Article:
In this economy, the only category in which aesthetic practices are showing steady growth rates is in nonsurgical procedures.

According to recent articles in The Wall Street Journal and The New York Times, facelifts and liposuction procedures are in a serious decline as people are spending more cautiously and putting large purchases on hold. Consumers eager to stay looking young are turning to injectables instead of surgery.

“The scope of aesthetic surgery lies in integrating surgical and nonsurgical procedures,” says Alan Matarasso, MD, FACS, an aesthetic plastic surgeon in private practice in New York City. “With the expanding menu of fillers now available, we are able to treat the whole face with impressive results.”


Some of the expanding facial targets for dermal fillers include the cheekbones, temporal region, traumatic scars, eyebrows, jawline, and—of course—the lips. Many injectors are starting to distinguish between fillers that basically fill up a crease and fillers that can be injected in multiple tissue planes to achieve the desired effect.

“Off-label uses of fillers for rhinoplasty and post-rhinoplasty defects are very popular, and the results can be dramatic in some patients,” says Steve Cohen, MD, a San Diego-based plastic surgeon. “I like to use a temporary filler, like Restylane or Radiesse, followed by a permanent filler like ArteFill, which is presently tough to find because the company is bankrupt—but may be resuscitated in the future.”

Hyaluronic fillers can solve a number of contour problems in the nose, as well as be used for both primary noses and secondary rhinoplasty deformities that were formerly treatable only with surgery. Val Lambros, MD, FACS, of Newport Beach, Calif, has, for one, performed these injections for years and is enthusiastic about the results. The products, primarily Restylane, are very long lasting&38212;up to 4 years so far—and can be dissolved if need be, Lambros says.

“Off-label uses of fillers for chin and cheek, mandibular angle augmentation, or more extensive facial contouring can lead to superb results in properly selected patients,” Cohen adds.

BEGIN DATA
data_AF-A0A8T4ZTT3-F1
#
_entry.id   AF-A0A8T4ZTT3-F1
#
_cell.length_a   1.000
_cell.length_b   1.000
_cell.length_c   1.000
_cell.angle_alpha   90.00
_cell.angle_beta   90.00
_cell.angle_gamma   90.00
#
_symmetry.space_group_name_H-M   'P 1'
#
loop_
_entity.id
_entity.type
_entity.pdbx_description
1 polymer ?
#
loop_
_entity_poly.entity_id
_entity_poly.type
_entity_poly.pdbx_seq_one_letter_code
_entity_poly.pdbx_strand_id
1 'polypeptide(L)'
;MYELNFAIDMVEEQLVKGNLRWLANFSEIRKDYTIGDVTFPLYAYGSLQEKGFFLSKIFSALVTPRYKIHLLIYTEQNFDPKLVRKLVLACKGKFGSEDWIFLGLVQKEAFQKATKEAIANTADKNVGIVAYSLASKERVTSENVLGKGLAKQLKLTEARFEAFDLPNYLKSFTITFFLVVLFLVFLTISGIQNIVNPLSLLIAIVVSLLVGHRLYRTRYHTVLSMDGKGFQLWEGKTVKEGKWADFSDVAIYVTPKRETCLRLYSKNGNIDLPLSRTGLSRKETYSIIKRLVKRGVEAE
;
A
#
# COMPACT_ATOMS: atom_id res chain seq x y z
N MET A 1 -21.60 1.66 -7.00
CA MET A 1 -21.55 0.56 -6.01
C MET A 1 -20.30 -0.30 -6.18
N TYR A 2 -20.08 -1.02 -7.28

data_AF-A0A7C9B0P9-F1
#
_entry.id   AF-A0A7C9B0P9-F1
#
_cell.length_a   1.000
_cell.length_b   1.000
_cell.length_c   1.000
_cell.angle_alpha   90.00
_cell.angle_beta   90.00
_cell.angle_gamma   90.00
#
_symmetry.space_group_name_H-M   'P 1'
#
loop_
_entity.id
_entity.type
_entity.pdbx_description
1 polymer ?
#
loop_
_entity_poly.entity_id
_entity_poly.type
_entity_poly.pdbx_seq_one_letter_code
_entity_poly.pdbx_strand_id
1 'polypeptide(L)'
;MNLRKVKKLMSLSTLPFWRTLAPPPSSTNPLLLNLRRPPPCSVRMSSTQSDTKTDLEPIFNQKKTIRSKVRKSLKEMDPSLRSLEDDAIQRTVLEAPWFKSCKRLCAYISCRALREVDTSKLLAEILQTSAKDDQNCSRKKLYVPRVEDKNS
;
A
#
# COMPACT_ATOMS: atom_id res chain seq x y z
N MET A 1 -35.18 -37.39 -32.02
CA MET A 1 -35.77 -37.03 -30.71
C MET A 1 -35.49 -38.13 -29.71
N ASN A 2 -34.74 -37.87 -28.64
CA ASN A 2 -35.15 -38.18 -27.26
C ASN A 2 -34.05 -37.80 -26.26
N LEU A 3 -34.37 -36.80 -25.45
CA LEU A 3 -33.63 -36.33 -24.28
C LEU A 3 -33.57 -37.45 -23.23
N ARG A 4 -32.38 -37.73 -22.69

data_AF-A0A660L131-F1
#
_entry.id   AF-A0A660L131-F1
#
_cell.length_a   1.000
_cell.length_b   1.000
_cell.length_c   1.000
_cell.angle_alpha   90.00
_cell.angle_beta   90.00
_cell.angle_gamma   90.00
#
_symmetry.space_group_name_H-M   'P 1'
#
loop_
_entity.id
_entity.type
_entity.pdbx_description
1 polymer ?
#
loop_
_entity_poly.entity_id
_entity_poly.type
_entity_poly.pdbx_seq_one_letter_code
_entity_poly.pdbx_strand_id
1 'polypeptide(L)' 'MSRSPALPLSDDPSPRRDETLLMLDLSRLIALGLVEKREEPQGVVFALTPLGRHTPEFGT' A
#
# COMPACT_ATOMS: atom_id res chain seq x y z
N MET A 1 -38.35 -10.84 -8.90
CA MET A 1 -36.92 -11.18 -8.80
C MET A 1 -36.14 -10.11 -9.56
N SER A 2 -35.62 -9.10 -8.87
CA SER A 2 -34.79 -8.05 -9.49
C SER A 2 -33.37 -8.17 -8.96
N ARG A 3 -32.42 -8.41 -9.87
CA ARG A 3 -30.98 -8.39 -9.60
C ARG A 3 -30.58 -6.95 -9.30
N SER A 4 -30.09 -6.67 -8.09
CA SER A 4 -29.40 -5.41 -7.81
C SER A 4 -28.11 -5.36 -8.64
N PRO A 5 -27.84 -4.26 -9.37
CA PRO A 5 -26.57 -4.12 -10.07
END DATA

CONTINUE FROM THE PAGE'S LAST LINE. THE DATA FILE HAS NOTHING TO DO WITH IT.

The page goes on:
Volumetric lifting and contouring of facial features may be achieved through deep injection planes, according to Neil Sadick, MD, director of Sadick Dermatology in New York City. “Radiesse is an excellent choice when you need a deep filler for volumizing and contouring applications, due to its stimulatory properties. Structural collagen support and stimulation to rebuild the skin’s foundation and create scaffolds in the face are best achieved through injection into the deep dermis or immediate subdermal plane.

“Evolence is another good option for achieving structural support and local volume augmentation. Its unique glycomatrix technology allows for excellent natural, structural facial contouring and support,” he says. “By utilizing these two unique filling agents, results may be expected to last up to 12 months, giving an additional clinical advantage over hyaluronic acid derivatives, which may also be used in this clinical setting.”

Combination techniques that use multiple products in one injection session have become standard procedure in most aesthetic practices.

“We can accomplish a complete lifting by stimulating fibroblasts and encouraging collagen growth all with injectables,” says Adam Bodian, MD, a dermatologist in private practice in Great Neck, NY. “I have been able to achieve the kind of results that were formerly only possible with surgery without any more than topical local anesthesia. Sculptra combined with Botox has an incredible impact on facial rejuvenation. Botox serves to soften muscle activity and lines of expression, while the Sculptra actually stimulates your fibroblasts to grow new collagen. It is a great one-two punch for a nonsurgical lift.”